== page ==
Also, many of the military technologies at the show are for the protection of our armed forces, increasing their chances of coming home to their families safely. For example, an Edmonton-based company called Line of Fire is marketing a new body armour plate made from a blend of 3 composite materials, instead of the traditional ceramic armour which can "spall" when hit and injure the wearer with ceramic fragments. Also, the vest can stand up to many more hits than a traditional plate, making it a true "multi-hit" system able to withstand bursts of automatic fire.
As another example, other companies are bringing to market soft and hard body armour for the face, something that would protect victims of IEDs and other hazards from brutal disfigurement.
Here are some other photos I took at CANSEC that may be of interest to Grey Ops readers. Please keep in mind that these aren't representative of the whole show, since photos of electronic boxes, motion sensors, and communications diagrams (while somewhat interesting to computer geeks like me) don't make for very interesting photos.
An F-35 flight simulator was available for attendees to try out:
L3 had their EOTech holographic sight lineup on display (note the one on the side of the bottom rifle is designed for 40mm undermount grenade launchers):
The L3 rep placed her business card in front of the sight while I sighted down it, and the red dot and my "target" were still visible. EOTech holo-sights are designed to work even if the front of the sight is covered in mud, fog, or snow, or even if the glass is broken. It's truly astounding technology.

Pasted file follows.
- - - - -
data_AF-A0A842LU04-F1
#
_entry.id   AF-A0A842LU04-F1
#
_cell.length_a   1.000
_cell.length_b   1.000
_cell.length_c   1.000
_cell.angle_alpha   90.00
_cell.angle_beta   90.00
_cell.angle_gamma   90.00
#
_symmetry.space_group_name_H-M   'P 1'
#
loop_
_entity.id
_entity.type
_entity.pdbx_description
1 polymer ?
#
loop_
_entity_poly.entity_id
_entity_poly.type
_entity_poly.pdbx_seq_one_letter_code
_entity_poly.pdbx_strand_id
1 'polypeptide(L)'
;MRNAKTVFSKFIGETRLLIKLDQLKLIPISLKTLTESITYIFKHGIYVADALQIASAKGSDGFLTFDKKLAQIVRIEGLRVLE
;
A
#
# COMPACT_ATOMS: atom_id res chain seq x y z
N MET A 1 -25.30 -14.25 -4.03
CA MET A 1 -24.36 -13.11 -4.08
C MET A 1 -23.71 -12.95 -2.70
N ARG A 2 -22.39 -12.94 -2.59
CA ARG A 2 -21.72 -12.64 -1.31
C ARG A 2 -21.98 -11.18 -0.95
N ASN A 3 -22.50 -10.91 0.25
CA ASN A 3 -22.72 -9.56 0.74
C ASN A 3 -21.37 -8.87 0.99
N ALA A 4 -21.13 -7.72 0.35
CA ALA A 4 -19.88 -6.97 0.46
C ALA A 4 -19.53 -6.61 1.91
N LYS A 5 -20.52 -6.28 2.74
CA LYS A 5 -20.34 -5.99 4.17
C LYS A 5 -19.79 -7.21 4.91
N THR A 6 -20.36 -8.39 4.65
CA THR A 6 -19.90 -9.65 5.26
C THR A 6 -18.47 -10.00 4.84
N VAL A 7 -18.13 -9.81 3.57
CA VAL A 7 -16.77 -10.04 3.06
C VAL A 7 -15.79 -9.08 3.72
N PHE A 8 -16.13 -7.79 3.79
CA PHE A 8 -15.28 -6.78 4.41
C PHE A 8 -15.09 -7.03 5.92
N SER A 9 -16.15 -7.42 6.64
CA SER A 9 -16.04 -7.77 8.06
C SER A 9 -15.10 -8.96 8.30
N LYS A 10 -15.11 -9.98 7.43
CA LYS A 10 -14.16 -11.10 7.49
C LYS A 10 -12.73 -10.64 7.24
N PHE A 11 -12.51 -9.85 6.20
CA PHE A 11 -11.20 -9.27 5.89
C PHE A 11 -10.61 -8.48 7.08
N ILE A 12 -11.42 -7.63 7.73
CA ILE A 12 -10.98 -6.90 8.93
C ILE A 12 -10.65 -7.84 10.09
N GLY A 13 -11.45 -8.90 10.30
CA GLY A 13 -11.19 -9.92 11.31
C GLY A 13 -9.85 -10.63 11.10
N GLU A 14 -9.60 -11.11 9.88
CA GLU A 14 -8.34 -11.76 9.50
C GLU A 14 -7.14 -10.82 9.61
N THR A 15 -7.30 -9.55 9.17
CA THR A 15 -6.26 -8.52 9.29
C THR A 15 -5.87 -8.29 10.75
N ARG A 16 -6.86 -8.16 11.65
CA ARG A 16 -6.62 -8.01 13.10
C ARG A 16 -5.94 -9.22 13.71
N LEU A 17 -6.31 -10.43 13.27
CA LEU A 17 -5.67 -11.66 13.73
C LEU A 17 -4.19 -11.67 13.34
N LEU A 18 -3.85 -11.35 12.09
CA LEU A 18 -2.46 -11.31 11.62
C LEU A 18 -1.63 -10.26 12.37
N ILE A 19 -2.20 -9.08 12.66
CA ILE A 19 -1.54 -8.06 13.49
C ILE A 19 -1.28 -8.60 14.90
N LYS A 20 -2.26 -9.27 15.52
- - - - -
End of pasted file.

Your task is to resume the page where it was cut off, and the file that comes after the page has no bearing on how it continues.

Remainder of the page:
I came across this bizarre gun turret from the German company Rheinmetall, which as Connor remarked to me, looks like something from SKYNET in The Terminator series:
Pelican had their military flashlight product line on display.
There were also an assortment of man-portable, miniature Unmanned Aerial Vehicles (UAVs) at several kiosks.
The FN303 was on display at one of the booths, along with some other Fabrique Nationale small arms like the SCAR and P90. Milsim paintballers may be interested in this less-lethal weapon (seen on the lower right), as it uses a tank of compressed gas to fire a paint-filled round much like the Tiberius First Strike .
Whatever your position on armed forces and war, there are certainly some interesting and fascinating things to see at CANSEC. CANSEC is open to serving Canadian Forces members (reservists included), police, border services, government employees, and technology and defence industry insiders. For your chance to register and attend the show in 2011, visit CADSI at www.defenceandsecurity.ca.
(NOTE: Photography was openly allowed at the event, and the equipment that was on display is easily viewed on the manufacturers' and vendors' Web Sites. However, if any of the manufacturers of the above photographed items wish to have them taken down for any reason, please contact us and I'll do so).